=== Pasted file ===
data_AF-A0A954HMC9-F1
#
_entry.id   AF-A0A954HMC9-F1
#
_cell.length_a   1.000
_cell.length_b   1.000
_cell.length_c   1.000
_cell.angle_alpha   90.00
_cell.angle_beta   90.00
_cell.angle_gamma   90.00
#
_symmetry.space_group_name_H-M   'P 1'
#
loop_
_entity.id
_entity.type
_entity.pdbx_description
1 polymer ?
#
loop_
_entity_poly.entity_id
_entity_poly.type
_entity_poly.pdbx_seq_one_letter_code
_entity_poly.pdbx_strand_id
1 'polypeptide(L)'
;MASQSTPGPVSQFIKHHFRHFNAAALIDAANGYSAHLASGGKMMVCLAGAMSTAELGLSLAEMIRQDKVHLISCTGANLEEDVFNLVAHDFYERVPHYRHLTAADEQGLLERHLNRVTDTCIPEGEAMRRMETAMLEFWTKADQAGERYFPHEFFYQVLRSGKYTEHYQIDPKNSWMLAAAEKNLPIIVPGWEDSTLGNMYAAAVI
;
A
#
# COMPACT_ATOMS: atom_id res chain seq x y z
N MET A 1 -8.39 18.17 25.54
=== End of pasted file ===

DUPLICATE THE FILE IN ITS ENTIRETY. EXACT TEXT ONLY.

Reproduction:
data_AF-A0A954HMC9-F1
#
_entry.id   AF-A0A954HMC9-F1
#
_cell.length_a   1.000
_cell.length_b   1.000
_cell.length_c   1.000
_cell.angle_alpha   90.00
_cell.angle_beta   90.00
_cell.angle_gamma   90.00
#
_symmetry.space_group_name_H-M   'P 1'
#
loop_
_entity.id
_entity.type
_entity.pdbx_description
1 polymer ?
#
loop_
_entity_poly.entity_id
_entity_poly.type
_entity_poly.pdbx_seq_one_letter_code
_entity_poly.pdbx_strand_id
1 'polypeptide(L)'
;MASQSTPGPVSQFIKHHFRHFNAAALIDAANGYSAHLASGGKMMVCLAGAMSTAELGLSLAEMIRQDKVHLISCTGANLEEDVFNLVAHDFYERVPHYRHLTAADEQGLLERHLNRVTDTCIPEGEAMRRMETAMLEFWTKADQAGERYFPHEFFYQVLRSGKYTEHYQIDPKNSWMLAAAEKNLPIIVPGWEDSTLGNMYAAAVI
;
A
#
# COMPACT_ATOMS: atom_id res chain seq x y z
N MET A 1 -8.39 18.17 25.54